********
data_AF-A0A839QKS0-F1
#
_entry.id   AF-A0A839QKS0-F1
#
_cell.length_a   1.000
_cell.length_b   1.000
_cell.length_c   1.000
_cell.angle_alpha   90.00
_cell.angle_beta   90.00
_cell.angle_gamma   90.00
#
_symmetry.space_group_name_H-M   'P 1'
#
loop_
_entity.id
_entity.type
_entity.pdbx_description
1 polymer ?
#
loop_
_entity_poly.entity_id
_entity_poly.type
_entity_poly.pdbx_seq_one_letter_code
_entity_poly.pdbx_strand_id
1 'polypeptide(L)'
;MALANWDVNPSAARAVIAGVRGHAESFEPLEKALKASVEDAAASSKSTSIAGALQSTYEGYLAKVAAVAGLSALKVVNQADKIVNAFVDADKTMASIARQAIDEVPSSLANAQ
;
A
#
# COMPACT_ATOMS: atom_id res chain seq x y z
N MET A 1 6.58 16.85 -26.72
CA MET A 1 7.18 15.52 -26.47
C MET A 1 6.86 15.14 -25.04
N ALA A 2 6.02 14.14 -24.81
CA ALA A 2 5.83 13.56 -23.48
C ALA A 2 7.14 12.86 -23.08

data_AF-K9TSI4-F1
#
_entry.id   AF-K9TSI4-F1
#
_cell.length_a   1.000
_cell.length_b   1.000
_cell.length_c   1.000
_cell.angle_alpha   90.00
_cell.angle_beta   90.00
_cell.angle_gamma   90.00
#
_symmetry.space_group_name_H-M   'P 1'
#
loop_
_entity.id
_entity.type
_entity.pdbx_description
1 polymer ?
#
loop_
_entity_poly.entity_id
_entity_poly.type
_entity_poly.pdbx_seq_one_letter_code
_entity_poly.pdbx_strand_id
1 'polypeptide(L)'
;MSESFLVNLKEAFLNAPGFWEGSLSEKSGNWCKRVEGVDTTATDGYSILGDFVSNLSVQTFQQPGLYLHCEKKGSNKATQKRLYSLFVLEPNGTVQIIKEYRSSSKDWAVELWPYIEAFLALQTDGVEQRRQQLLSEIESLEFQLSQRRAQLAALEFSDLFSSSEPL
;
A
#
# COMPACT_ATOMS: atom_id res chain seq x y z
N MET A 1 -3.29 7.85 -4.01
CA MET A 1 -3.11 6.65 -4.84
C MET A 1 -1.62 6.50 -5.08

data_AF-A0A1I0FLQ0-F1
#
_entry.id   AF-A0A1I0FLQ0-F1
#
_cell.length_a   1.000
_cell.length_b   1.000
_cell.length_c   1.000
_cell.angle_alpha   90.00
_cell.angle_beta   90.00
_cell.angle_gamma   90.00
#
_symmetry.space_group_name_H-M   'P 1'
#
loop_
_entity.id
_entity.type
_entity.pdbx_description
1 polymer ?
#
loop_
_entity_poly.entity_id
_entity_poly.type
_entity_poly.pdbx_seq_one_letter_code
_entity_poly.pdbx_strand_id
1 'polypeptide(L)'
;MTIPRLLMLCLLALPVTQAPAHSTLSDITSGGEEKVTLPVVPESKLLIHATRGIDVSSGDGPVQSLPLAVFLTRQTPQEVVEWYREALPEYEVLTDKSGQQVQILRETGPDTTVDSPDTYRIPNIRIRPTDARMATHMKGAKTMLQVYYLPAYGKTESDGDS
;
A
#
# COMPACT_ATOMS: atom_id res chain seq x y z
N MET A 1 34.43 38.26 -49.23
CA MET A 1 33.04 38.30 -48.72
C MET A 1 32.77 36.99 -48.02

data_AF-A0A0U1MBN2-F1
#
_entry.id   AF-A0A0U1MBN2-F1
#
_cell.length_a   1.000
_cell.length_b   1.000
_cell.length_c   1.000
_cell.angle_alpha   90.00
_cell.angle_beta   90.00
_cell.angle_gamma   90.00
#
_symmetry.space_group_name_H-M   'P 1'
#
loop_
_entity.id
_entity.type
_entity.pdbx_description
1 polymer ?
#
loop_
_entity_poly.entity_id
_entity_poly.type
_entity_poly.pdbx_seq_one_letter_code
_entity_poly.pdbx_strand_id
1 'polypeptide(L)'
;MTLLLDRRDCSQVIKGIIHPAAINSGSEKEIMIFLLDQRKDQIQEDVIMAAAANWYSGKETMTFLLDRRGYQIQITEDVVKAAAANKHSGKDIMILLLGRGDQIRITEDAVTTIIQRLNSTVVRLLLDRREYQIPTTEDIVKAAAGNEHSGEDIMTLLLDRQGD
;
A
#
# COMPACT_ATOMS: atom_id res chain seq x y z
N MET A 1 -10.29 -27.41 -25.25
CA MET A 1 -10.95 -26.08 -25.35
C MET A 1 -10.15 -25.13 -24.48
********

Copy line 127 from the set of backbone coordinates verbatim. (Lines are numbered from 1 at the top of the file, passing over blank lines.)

1 'polypeptide(L)'